Preclinical in vitro and in vivo toxicology evaluation is a critical step in pharmaceutical drug development. Unexpected issues with ADME or toxicity account for 50-60% of drug development program failures. Safety assessment issues and risks for humans are identified through hepatotoxicity, genotoxicity, immunogenicity, general toxicology, renal toxicity and secondary drug metabolite pharmacology studies.

Although traditional animal and cell models can simulate human disease they never fully mirror all aspects of human immune response or pathophysiology of disease. New more clinically relevant models can be created utilizing gene editing technologies. For example, genetic engineering can be used to create a rat with a humanized immune system. Rats are engineered to be immunodeficient and therefore can accept and develop a human immune system.  Applications of humanized immune system rats include immunogenicity and cytokine release (cytokine storm) studies.

Neurotoxicity is caused by drugs or chemicals that alter the normal activity of central nervous system (CNS). It has been demonstrated that gene mutations are associated with an increasing number of neurodegenerative syndromes, such as Alzheimer’s, Parkinson’s. With no optimal model system to determine the neurotoxic potential of compounds; there is a compelling unmet need for in vitro models and endpoint assays that are cost-effective, accurate, predictive, and sensitive that would also be amenable to high throughput screening. Gene edited cell lines that harbor mutations associated with disease states (disease and patient specific) as well as toxicity reporter cell lines may meet this unmet need in neuroscience R&D.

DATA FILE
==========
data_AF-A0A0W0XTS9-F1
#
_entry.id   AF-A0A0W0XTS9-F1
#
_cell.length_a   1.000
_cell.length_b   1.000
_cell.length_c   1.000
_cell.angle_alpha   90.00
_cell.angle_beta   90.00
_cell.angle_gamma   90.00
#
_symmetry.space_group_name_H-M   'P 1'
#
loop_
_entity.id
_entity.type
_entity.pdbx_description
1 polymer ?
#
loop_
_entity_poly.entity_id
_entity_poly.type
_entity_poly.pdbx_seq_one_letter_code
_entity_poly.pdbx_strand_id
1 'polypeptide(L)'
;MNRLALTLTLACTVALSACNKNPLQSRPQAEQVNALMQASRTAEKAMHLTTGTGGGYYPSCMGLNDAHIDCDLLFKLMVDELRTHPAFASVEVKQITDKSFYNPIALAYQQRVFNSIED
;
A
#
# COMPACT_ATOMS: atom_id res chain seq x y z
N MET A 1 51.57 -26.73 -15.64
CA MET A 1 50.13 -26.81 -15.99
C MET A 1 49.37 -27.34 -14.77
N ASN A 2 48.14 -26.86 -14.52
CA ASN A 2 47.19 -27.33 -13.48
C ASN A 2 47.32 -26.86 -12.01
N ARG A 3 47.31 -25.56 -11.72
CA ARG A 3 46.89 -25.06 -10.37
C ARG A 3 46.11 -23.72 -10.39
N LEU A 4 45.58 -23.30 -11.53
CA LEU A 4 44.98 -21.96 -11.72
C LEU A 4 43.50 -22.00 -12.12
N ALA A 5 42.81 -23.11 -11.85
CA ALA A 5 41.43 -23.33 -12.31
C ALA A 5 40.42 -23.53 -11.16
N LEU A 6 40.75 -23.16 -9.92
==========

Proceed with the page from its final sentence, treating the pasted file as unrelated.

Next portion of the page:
Hepatotoxicity, or drug induced liver injury (DILI) , is another spotlight for drug toxicity risk assessment.  Traditional models include primary hepatocyte or animal models for preclinical metabolism and toxicity testing. These assays frequently are not predictive for humans, as is clear from the number of high profile pharmaceuticals withdrawn from clinical trials or from the market after billions of dollars in drug development costs [e.g., Drug induced liver injuries (DILI) after Parexel, Renovis, Ketek, Vioxx®, Bextra, Pemoline, Bromfenac, or Troglitazone treatment]. The creation of rat models with humanized livers, generated by transplantation of either human stem cell-derived or primary hepatocytes, would provide valuable resources to assess the physiological effects of drug metabolites in the whole animal as well as human-specific DILI. In the long term, the ability to generate rats with humanized livers using cells from different donors would enable comprehensive testing of drug candidates in animal models that represent a diverse sampling of the human population. Humanized rats would therefore enable testing early in the developmental pipeline that can quickly identify and be used to address potential toxic metabolites to help speed up and lower costs of drug development.